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Lost without women priests, lost without Traditionalists

by
26 July 2012

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From the Revd Diana Penny

Sir, - The best way to get on with colleagues with whom you have differences over the validity of the ordination of women is to take as many opportunities as possible to work together, and to keep talking to each other and praying together.

Is it likely that our Lord will bless us in our lives and our witness when we denigrate those who have also received the call "Follow me"? Let us be united in our desire to love and serve our Lord, despite our divisions.

It is absolutely vital that before the next General Synod there should be an upsurge in prayer by all parties for clarity of guidance and leadership in the adjourned debate.

Let our prayer be for the gift of gracious love and concern for each other, and the will to work together to discern the way forward for all of the groups who are divided on this.

DIANA E. PENNY
Hibiscus, 33 Church Drove
Outwell, Wisbech, Cambs PE14 8RH

From the Revd Patrick Davies

Sir, - The Archbishop of Canterbury was reported to be sorry that he and his fellow bishops had mis-judged their attempted compromise amendments. These amendments, small though they are, were aimed at offering some hope to traditionalists. The General Synod instead wants the House of Bishops to look again at these amendments.

I am sure that the Archbishop and bishops are equally sorry for the continuing hurt felt by loyal Anglicans who are left wondering whether we are wanted in the Church.

Traditionalists have yielded ground many times, acknowledging that it is the will of the majority of the Church of England to admit women to all levels of ordained ministry. We traditionalists recognise that we will never seek nor attain the highest offices in the Church of England. We need the bare minimum that will allow us to remain and take our full part in the life of the Church of England.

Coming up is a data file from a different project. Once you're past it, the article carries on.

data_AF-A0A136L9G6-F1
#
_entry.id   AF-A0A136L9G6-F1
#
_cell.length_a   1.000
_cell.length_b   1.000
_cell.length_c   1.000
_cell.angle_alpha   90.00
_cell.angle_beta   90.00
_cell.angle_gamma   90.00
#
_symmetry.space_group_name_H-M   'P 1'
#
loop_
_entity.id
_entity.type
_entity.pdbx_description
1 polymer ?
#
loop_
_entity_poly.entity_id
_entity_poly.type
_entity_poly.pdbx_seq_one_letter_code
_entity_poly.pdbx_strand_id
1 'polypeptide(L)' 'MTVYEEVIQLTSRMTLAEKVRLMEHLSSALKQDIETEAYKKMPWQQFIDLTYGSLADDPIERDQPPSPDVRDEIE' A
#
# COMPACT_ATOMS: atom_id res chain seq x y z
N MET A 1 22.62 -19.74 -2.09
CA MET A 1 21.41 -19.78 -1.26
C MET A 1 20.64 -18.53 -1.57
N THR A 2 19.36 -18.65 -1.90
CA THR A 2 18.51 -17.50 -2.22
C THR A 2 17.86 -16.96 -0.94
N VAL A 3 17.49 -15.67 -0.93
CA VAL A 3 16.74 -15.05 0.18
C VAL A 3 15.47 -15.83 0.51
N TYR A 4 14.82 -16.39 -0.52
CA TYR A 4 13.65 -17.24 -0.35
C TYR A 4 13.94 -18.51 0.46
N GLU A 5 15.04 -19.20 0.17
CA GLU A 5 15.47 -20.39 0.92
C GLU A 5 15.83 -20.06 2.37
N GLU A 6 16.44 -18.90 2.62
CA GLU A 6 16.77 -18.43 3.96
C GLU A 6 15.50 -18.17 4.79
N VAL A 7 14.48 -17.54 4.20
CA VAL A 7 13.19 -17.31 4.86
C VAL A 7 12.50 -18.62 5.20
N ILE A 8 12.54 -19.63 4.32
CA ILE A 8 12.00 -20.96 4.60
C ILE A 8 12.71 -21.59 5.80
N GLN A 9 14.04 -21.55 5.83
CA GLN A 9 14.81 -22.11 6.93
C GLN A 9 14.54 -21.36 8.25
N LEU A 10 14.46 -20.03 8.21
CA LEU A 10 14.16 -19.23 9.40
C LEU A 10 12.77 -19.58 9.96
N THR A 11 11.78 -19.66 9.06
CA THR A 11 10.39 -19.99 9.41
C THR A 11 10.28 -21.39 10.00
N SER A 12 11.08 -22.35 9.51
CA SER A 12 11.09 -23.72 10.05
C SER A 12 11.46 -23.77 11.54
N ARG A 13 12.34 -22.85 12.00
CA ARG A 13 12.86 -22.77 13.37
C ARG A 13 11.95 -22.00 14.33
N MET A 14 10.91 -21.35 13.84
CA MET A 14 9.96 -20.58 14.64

A Code of Practice is open to the interpretation of local bishops, and can be "here today and modified and gone tomorrow". That gives us no confidence.

May I urge everyone who wishes traditionalists to remain and flourish with dignity to lobby their bishops, asking that proper provision will be provided. Ask your bishops not to go back on their amendment, but rather to seek ways such that Anglo-Catholics and conservative Evangelicals have a secure and honoured place in the Church of England.

PATRICK DAVIES
296 Wilbraham Road
Manchester M21 OUU

From Penelope Fletcher

Sir, - When the ordination of women first appeared on the agenda, I was vehemently opposed. So much so, that I was asked to speak publicly against it. For some reason, I found that I could not agree to do so.

This led to a long period of reflection and self-examination. I found, greatly to my surprise, that my opposition had very little to do with theology, and a great deal to do with my early schooldays, when I suffered under a sadistic headmistress.

As a child, I determined that I would refuse to grant any woman authority over me. The teachers who inspired me were male; the people I worked for were male; the priest who prepared me for confirmation, and showed me the joy of Christianity, was male. The realisation that my opposition was to do with my own experiences and not theology led to a change of mind.

PENELOPE FLETCHER
35 The Pentlands
Kintbury, Hungerford
Berkshire RG17 9XB

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